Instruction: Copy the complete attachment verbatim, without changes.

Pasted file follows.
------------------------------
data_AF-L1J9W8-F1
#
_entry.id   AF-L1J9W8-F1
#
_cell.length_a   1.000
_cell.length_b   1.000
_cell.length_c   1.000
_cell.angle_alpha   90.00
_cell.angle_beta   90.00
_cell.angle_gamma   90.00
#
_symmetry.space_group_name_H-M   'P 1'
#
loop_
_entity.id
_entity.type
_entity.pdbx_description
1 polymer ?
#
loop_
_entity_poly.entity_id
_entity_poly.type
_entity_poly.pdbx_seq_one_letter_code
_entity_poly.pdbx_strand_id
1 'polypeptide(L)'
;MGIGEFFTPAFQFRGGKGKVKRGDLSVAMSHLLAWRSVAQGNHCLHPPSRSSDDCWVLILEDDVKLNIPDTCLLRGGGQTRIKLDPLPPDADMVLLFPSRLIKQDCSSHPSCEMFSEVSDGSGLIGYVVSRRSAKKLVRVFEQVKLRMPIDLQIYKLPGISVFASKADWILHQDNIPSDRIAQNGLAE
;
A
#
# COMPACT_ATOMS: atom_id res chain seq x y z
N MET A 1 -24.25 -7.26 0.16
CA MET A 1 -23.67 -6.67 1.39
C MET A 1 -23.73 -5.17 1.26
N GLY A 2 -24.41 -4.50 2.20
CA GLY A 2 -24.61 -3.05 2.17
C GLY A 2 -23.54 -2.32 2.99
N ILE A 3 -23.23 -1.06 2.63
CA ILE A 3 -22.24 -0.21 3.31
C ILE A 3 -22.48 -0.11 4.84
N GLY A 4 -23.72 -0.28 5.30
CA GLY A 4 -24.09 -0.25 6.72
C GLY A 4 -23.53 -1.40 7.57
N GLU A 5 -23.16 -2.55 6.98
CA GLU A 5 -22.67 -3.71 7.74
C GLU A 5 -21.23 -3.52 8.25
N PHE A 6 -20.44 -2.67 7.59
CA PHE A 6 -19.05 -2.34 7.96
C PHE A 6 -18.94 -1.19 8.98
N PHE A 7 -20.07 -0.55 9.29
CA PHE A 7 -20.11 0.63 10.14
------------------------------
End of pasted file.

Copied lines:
data_AF-L1J9W8-F1
#
_entry.id   AF-L1J9W8-F1
#
_cell.length_a   1.000
_cell.length_b   1.000
_cell.length_c   1.000
_cell.angle_alpha   90.00
_cell.angle_beta   90.00
_cell.angle_gamma   90.00
#
_symmetry.space_group_name_H-M   'P 1'
#
loop_
_entity.id
_entity.type
_entity.pdbx_description
1 polymer ?
#
loop_
_entity_poly.entity_id
_entity_poly.type
_entity_poly.pdbx_seq_one_letter_code
_entity_poly.pdbx_strand_id
1 'polypeptide(L)'
;MGIGEFFTPAFQFRGGKGKVKRGDLSVAMSHLLAWRSVAQGNHCLHPPSRSSDDCWVLILEDDVKLNIPDTCLLRGGGQTRIKLDPLPPDADMVLLFPSRLIKQDCSSHPSCEMFSEVSDGSGLIGYVVSRRSAKKLVRVFEQVKLRMPIDLQIYKLPGISVFASKADWILHQDNIPSDRIAQNGLAE
;
A
#
# COMPACT_ATOMS: atom_id res chain seq x y z
N MET A 1 -24.25 -7.26 0.16
CA MET A 1 -23.67 -6.67 1.39
C MET A 1 -23.73 -5.17 1.26
N GLY A 2 -24.41 -4.50 2.20
CA GLY A 2 -24.61 -3.05 2.17
C GLY A 2 -23.54 -2.32 2.99
N ILE A 3 -23.23 -1.06 2.63
CA ILE A 3 -22.24 -0.21 3.31
C ILE A 3 -22.48 -0.11 4.84
N GLY A 4 -23.72 -0.28 5.30
CA GLY A 4 -24.09 -0.25 6.72
C GLY A 4 -23.53 -1.40 7.57
N GLU A 5 -23.16 -2.55 6.98
CA GLU A 5 -22.67 -3.71 7.74
C GLU A 5 -21.23 -3.52 8.25
N PHE A 6 -20.44 -2.67 7.59
CA PHE A 6 -19.05 -2.34 7.96
C PHE A 6 -18.94 -1.19 8.98
N PHE A 7 -20.07 -0.55 9.29
CA PHE A 7 -20.11 0.63 10.14